Here at The Mongrel Punt, we often hear the term ‘Vic-Bias’ bandied about whenever there is an article that neglects to cover a non-Victorian team in the manner in which someone from *enter state here* finds acceptable.

It can be a cheap out, in my book – an argument-ender without much substance, meant to throw someone off balance and hopefully end the discussion without any serious debate. I relate it to someone calling another person a racist in an attempt to end a discussion nit entirely based on the subject.

“My red car is fast.”

“My blue car is faster.”

“My white car is the fastest.”

“Yeah, well… that’s Vic-Bias!”

It’s often a cheap, nasty, and often poorly thought out argument, but once in a while, it’s completely justified.

Is there a Vic-Bias?

And is there a Vic-Bias here, at The Mongrel Punt?

I’ll answer the second question first – I can guarantee you there’s not – we have writers based all over Australia. We have Freo supporters, West Coast supporters, a bloody Gold Coast supporter, and probably too many Geelong supporters, to be honest. However, that does not stop people levelling the accusation of “Vic-Bias” our way depending on whether their team wins or loses. There’s only bias when they lose, you see? That’s how it works.

Despite my protestations of equity in our own footy coverage, in answer to the first question, there is a Vic-Bias. It is prevalent in the mainstream media, and the official coverage of the game. Furthermore, if you need evidence of it, you can find it this very weekend.

The Showdown occurs this Saturday night. It is not a manufactured rivalry – far from it. It is a battle for football supremacy and a fight for respect in a state that loves its footy. It is a war without end, with the momentum swinging back and forth, and each team approaches these contests with a ferocity coaches wish they could bottle.

It’s not life and death… it’s much more important than that.

In any year,  irrespective of ladder position, it is one of the most anticipated clashes of the season. Of all the crosstown rivalries, this has been the one to constantly deliver. Yes, there has been heat in the GWS v Sydney clashes over recent seasons, but their rivalry is still in its infancy, as is the Brisbane v Gold Coast rivalry. The West Coast v Fremantle Derby has simply been too one-sided in recent seasons to compare to the South Australian version.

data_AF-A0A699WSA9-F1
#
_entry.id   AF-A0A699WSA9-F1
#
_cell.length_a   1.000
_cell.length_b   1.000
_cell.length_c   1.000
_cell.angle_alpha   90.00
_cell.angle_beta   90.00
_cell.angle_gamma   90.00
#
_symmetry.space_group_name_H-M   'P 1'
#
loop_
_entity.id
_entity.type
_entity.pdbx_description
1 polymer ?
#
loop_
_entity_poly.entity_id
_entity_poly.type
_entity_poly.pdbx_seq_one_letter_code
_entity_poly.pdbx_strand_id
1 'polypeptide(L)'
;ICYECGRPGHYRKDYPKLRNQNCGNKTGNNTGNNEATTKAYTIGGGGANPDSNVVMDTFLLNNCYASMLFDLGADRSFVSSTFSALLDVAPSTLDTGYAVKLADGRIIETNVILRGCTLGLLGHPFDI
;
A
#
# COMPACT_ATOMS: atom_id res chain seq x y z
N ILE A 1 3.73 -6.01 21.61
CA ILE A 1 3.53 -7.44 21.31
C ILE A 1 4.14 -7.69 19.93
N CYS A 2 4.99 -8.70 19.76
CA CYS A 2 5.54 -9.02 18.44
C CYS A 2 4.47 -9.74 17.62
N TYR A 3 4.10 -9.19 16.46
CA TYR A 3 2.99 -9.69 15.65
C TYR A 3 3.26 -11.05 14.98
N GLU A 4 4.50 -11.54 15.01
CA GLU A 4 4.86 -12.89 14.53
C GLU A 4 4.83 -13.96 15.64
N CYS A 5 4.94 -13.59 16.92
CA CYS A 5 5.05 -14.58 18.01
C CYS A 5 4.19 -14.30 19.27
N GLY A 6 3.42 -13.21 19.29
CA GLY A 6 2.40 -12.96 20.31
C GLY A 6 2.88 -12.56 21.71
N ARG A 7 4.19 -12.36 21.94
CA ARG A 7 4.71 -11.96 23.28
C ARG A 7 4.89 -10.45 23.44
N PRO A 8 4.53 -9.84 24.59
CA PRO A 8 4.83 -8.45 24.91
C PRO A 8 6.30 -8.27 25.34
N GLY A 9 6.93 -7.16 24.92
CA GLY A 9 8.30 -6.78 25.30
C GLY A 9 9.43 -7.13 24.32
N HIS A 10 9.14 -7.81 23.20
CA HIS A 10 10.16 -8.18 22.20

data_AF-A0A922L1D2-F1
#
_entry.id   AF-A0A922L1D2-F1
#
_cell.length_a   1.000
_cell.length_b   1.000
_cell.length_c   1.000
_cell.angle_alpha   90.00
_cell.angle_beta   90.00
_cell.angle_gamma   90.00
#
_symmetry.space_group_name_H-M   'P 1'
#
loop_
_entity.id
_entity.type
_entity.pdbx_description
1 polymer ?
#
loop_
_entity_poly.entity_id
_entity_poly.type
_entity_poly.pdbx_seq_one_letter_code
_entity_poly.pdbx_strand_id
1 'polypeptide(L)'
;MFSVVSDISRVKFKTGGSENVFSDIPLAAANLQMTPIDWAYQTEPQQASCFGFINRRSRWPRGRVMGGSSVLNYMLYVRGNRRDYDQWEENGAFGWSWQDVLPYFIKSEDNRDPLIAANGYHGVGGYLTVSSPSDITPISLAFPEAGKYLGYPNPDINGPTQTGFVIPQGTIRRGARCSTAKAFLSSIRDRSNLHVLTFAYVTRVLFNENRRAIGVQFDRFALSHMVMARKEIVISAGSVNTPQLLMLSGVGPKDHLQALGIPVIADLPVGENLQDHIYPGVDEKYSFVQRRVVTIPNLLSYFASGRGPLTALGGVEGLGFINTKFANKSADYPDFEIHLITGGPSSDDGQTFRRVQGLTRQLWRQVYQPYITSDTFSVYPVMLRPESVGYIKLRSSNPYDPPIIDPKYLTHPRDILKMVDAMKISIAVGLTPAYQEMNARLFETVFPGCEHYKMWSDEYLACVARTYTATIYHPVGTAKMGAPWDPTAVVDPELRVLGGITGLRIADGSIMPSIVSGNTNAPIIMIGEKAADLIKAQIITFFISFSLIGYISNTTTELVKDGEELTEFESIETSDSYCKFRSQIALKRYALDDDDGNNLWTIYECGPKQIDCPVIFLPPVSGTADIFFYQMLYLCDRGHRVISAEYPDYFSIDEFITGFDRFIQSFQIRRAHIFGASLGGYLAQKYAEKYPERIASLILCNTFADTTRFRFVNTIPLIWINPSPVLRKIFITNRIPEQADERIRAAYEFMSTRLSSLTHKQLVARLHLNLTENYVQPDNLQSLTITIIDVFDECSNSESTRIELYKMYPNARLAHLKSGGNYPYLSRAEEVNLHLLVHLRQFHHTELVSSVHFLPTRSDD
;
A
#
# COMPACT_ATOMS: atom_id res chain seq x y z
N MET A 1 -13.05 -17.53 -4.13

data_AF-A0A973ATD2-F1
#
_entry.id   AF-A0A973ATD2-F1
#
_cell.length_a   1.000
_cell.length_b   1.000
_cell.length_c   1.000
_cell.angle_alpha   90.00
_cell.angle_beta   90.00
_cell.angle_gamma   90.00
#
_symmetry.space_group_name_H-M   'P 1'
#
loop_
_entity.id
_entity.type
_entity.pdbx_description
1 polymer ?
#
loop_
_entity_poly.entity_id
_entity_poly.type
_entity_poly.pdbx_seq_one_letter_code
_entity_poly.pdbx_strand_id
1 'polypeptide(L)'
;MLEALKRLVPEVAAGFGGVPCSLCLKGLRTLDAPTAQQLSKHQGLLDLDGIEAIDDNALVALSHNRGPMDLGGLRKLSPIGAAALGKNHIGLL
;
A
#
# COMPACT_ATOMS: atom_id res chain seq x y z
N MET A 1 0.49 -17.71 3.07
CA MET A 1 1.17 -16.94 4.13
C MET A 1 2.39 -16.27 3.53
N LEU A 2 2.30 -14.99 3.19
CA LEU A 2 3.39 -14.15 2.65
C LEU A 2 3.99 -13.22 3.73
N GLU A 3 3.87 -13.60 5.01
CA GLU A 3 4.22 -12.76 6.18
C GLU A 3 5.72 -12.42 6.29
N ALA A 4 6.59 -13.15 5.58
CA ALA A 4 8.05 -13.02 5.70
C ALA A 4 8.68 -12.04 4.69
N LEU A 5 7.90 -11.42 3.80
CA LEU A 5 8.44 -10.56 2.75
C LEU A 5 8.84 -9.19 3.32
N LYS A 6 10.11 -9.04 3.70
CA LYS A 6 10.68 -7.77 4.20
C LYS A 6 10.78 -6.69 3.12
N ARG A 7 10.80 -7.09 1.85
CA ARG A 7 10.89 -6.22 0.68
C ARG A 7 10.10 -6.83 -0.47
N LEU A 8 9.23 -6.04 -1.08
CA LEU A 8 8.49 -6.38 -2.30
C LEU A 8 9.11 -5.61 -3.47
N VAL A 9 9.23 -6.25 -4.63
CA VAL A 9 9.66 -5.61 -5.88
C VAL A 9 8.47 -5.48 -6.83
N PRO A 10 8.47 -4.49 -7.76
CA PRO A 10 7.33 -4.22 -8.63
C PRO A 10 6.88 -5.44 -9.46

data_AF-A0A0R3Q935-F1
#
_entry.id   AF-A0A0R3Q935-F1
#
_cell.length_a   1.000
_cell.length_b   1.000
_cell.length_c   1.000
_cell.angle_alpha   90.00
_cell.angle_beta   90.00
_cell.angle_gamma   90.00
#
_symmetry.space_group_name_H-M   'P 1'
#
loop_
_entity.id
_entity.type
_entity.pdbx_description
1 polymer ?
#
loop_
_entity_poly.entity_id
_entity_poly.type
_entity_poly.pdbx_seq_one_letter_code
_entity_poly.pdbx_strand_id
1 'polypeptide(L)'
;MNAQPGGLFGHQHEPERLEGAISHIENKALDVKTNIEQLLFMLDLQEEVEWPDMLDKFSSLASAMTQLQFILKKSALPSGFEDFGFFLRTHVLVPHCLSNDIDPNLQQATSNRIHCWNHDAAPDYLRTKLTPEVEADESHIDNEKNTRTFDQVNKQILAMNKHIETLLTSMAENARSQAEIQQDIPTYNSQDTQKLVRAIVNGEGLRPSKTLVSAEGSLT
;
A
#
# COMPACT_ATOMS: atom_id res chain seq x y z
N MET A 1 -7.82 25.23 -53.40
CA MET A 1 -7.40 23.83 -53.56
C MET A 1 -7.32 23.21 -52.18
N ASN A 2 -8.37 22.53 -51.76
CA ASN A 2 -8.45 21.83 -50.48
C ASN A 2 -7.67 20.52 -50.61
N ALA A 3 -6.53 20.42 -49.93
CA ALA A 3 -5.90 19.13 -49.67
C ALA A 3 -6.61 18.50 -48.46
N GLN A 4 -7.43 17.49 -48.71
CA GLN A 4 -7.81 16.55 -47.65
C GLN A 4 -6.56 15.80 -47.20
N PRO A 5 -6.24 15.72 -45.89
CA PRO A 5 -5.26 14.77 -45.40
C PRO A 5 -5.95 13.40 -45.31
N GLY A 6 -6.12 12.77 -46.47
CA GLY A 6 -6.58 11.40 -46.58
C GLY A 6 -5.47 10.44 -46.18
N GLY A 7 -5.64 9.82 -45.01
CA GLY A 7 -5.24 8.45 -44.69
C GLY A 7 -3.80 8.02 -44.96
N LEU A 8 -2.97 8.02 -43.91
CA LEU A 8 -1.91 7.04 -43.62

The Showdown… this is where it’s at. If you like your footy tough, your crowd rabid, and your players 100% committed to the cause, this is where your attention should fall. Port Adelaide fan, Adelaide fan, or a neutral fan, this contest is the the game for you.

But why has this clash been constantly relegated to a Saturday timeslot when a Friday night spot appears the perfect place to showcase the best rivalry in the game?

Ah yes… Vic Bias… I see, I see.

However, as often as I dismiss this cry as garbage, it actually holds a fair bit of weight in this regard.

Again this Friday evening, we get to see the Tigers and Cats strut their stuff on the biggest stage of the AFL season, and whilst I mean no disrespect to either of those teams, this reeks of a decision to grab ratings. That’s fair enough in essence, but it is the fourth Richmond game to occupy the Friday night fixture this season, and it’ll be the second time the Cats have graced the stage. Only once this season have two non-Victorian teams met on Friday night and that was the Good Friday matchup between the Crows and the Suns. To further illustrate how skewed this is, this Friday will be the fourth time since 2018 that the Tigers and Cats have met on Friday night football.

Yep, four from four in the last four seasons.

Perhaps the Tigers and Cats are a poor example, though? They have played each in multiple finals series, including the 2020 decider, and arguably deserve the Friday night stage… again.